For more than a thousand years, the sorcerer Balthazar Blake (Nicolas Cage) has searched for the Prime Merlinian, the person who will succeed his master Merlin and defeat the evil Morgana (Alice Krige). Currently Morgana lies imprisoned inside a magic vessel called the Grimhold, her soul trapped inside the body of heroic sorceress Veronica Gorloisen (Monica Bellucci), who happens to be the love of Balthazar’s life. Finally, after years of fruitless searching, in the year 2000, Balthazar believes he has found the Prime Merlinian when ten year old Dave Stutler (Jake Cherry) stumbles into his antiques shop in Manhattan. Unfortunately, Dave clumsily opens the Grimhold, releasing Horvath (Alfred Molina), an evil sorcerer in league with Morgana. Battling for possession of the Grimhold, Balthazar and Horvath are locked together in an ancient Chinese urn with a ten year lock, leaving poor Dave to endure the mockery of his classmates. Not only for telling “tall tales”, but because an accident makes it look like he wet his pants.
Ten years later, the now grownup Dave (Jay Baruchel) is a physics student, newly reacquainted with his childhood crush Becky Barnes (Teresa Palmer) when the sorcerers are finally released from their enchanted prison. Now Balthazar must teach Dave how to wield his magical powers in the hope he can prevent Horvath from unleashing Morgana upon the mortal world.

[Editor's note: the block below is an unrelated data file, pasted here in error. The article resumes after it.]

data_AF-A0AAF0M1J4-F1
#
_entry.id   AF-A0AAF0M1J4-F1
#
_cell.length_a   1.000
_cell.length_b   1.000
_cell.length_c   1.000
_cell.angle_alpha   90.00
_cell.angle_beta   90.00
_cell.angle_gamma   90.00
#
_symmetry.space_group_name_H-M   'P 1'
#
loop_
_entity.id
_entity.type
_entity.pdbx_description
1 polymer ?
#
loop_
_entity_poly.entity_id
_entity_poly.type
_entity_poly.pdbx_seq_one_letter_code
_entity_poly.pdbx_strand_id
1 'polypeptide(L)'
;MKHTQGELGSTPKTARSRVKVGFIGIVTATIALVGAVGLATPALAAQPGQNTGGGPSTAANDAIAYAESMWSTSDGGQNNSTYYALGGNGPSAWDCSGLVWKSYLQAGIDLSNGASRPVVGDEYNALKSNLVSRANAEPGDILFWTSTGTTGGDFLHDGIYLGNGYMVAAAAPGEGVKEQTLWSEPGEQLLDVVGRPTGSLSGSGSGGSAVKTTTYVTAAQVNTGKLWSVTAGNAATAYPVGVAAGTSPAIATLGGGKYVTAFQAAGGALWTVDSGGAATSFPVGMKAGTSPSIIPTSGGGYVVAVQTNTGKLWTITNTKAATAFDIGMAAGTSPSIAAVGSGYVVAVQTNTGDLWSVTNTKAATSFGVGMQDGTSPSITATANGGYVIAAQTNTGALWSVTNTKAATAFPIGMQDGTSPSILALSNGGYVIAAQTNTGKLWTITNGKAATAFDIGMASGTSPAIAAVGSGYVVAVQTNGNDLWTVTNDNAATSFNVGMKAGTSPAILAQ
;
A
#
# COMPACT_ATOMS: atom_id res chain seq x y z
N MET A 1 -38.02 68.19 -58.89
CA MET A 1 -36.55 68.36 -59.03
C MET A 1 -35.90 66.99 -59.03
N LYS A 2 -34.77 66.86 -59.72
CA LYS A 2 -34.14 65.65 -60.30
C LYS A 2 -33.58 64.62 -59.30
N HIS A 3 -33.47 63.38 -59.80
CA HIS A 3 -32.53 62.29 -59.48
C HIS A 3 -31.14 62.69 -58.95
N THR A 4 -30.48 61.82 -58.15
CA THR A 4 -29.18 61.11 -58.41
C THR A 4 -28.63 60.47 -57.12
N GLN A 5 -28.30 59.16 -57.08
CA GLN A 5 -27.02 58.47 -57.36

It was Nicolas Cage who approached Disney with the idea for a feature film inspired by the classic, same-titled, Mickey Mouse segment in Fantasia (1940), itself drawn from the symphonic poem by Paul Dukas and the Johann Wolfgang von Goethe ballad. At one point in the film Jon Turteltaub, Cage’s regular collaborator on the National Treasure movies, stages an ingratiating recreation of the animated version’s most celebrated sequence, wherein a spell gone awry leaves the ever-hapless Dave at the mercy of hundreds of marching mops until Balthazar sorts out the mess with a masterly flourish. No doubt Disney had visions of jumpstarting a Harry Potter style franchise, but the irreverent tone is closer to the studio’s popular sitcom and movie Wizards of Waverly Place with its witty juxtaposition of magical goings on against a mundane New York milieu. The script, co-written by Matt Lopez, Lawrence Konner and Mark Rosenthal (and one suspects, several others) also lifts a concept from Peter S. Beagle’s fantasy novel The Flight of the Dragons, with a hero who adopts a scientific approach towards sorcery and spell-casting, forshadowed in a charming sequence where Dave programs his science project to serenade Becky with a rendition of Stevie Wonder’s “Superstition.”
Typically for a Jerry Bruckheimer production, The Sorcerer’s Apprentice has plenty of sound and fury, but little in the way of substantial drama or narrative ambition. It is as fun and lively as a theme park ride but while the world is supposedly in danger, the presiding levity leaves little sense of impending doom. Still, Cage and Baruchel latch onto the script’s puckish humour and co-stars Molina and Palmer add some welcome zest to their stock roles. The eye-catching visual effects are executed with panache and some of the satirical touches do amuse. For example, Horvath discovers his earthly minion Drake Stone (Toby Kebbell) has reinvented himself as a preening, Criss Angel style stage magician. It may not give J.K. Rowling any sleepless nights, but The Sorcerer’s Apprentice has enough wry humour and excitement to entertain younger fantasy fans.